On Target: Our Review of ‘Hawkeye’ on Disney+

Posted in Disney +, TV, What's Streaming? by - November 24, 2021
On Target: Our Review of ‘Hawkeye’ on Disney+

Love them or hate them, one of the biggest strengths all the Marvel Universe properties all seem to share is impeccable casting.  There is only one Iron Man, Marvel finally figured out Spiderman for Sony, and the list goes on. And with the debut of the newest Disney + series this week, Hawkeye, there’s yet another example to add to the list. Having the first 2 episodes to review also showed that this series will be just as or even more ambitious than the rest of the series on Disney + by the time it’s all done.

Hawkeye opens with a young Kate Bishop (Clara Stack) getting a front-row seat to the Chitauri invasion from the first Avengers film as her family’s penthouse is destroyed around her. Clint Barton (Jeremy Renner), aka Hawkeye, saves Kate’s life unbeknownst to him during the course of his fight with the invaders, which set Kate upon her life’s mission. Fast forward to the ‘present’ (which is apparently 2025 in Marvel time- if you listen to enthusiasts)  and we catch up with a college-aged Kate (Hailee Steinfeld), someone who has devoted her life to endless training, a black belt in multiple martial art disciplines and an extremely talented marksman with a bow, like her hero.

We catch up with Clint and his children as they are in New York on a trip to see the insipid stage play “Rogers: The Musical”, which only seems to exist to pester Barton and stir up memories of his fallen friend Natasha Romanov. During Kate’s time away at school, Kate’s mother Eleanor (Vera Farmiga) has become engaged to the mysterious Jack Duquesne (Tony Dalton), whose decorating addition to the Bishop penthouse is a collection of swords displayed prominently throughout.  Sparking Kate’s suspicions, combined with her constant ability to jump directly into something without any thought given to repercussions, leads Kate directly into the ire of the “Track Suit Mafia” and forces the need for Barton and Kate to meet face to face.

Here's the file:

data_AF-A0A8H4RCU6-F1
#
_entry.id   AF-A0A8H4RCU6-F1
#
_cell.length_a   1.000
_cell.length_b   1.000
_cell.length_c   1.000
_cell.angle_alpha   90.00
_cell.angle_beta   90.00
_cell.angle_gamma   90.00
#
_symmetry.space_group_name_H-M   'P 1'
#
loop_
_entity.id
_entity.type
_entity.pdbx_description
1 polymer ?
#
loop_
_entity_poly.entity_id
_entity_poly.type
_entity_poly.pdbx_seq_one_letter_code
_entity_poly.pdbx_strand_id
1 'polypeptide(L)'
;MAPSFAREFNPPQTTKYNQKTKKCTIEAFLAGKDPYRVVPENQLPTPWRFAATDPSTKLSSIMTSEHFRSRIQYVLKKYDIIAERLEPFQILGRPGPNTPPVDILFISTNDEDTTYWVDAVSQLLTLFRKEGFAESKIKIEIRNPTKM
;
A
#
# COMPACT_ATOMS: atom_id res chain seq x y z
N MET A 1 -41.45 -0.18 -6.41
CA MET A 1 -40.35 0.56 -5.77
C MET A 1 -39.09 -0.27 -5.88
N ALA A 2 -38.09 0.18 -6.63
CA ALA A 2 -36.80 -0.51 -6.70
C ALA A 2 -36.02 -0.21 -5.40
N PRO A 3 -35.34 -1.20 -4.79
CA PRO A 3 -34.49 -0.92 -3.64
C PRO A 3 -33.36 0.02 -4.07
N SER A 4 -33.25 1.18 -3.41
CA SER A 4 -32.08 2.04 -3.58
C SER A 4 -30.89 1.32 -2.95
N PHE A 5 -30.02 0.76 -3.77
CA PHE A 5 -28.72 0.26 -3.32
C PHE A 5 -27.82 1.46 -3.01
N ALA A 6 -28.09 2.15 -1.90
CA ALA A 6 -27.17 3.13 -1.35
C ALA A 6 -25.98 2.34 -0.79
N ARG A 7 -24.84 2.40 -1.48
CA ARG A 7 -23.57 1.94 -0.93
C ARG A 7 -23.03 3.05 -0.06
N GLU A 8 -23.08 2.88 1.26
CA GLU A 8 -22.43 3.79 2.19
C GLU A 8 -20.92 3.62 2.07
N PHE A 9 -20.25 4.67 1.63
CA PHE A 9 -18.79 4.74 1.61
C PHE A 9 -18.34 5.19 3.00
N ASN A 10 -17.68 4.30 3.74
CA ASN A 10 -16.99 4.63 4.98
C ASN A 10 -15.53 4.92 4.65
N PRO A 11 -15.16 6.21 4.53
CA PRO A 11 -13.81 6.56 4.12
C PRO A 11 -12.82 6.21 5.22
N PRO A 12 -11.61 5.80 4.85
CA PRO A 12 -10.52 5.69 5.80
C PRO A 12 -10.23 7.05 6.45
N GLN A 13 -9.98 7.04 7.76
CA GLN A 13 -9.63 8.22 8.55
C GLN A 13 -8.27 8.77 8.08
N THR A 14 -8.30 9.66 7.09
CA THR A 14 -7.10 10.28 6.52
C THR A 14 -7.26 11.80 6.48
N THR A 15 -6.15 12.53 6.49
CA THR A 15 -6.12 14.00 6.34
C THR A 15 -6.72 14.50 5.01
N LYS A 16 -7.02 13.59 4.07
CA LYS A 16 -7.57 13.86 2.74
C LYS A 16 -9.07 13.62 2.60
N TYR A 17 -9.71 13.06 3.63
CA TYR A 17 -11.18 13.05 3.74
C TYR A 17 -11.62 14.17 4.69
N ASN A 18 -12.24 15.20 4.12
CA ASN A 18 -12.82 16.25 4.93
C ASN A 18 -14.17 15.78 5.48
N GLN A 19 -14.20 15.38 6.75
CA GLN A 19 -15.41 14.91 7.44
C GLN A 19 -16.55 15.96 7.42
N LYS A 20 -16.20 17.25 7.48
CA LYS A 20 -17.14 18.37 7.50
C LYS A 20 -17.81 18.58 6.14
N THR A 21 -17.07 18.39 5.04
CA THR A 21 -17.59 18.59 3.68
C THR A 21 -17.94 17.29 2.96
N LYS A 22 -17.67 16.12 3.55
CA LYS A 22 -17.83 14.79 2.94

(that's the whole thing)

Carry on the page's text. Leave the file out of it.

Hawkeye‘s greatest attribute is the abundance of chemistry between its leads. Renner and Steinfeld are so evenly and playfully paired it’s a shame they haven’t worked together more. Even with only 1 episode of them together (they don’t really meet until episode 2) audiences will immediately catch the effortless charisma between the pair, as Renner’s Barton almost takes on a de facto father figure role for Kate, after losing her father years ago in the events of the first act. Not to be overshadowed is the relationship between Kate and her mother, as Vera Farmiga takes on a role in Eleanor that could have easily been nothing in the hands of a lesser actor and shows us just how talented she really is. These relationships will be fascinating to watch as they develop through the series.

The spectacle of the series is evident immediately as the attack on New York is retold using a mixture of existing and new footage and looks just as impressive as it did when it came out. Setting the film in New York at Christmastime also adds grandeur and a larger budget to the series as it truly captures the spirit of the city, though they clearly dint spend any funds on the intentionally horrible Steve Rogers musical. Even with it being fictional, Broadway has not been treated this badly since Spider-Man: Turn Off the Dark. With the Bishop family being amongst the highest in society in Manhattan, the apartments, accouterments and the like are top of the lone elegance. Even Kate’s personal loft apartment would make most New Yorkers green with envy, the set decoration on the series is top-notch.

With the episode’s directorial duties split between veteran Saturday Night Live director Rhys Thomas (who did both of the first 2) and indie darlings Bert & Bertie, the season is certainly shaping up to be an interesting watch for audiences. And the first 2 episodes released do a lot to set the foundation for what’s to come. All of this adds up to a great start to a new series for Disney +.

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"Kirk Haviland is an entertainment industry veteran of over 20 years- starting very young in the exhibition/retail sector before moving into criticism, writing with many websites through the years and ultimately into festival work dealing in programming/presenting and acquisitions. He works tirelessly in the world of Canadian Independent Genre Film - but is also a keen viewer of cinema from all corners of the globe (with a big soft spot for Asian cinema!)
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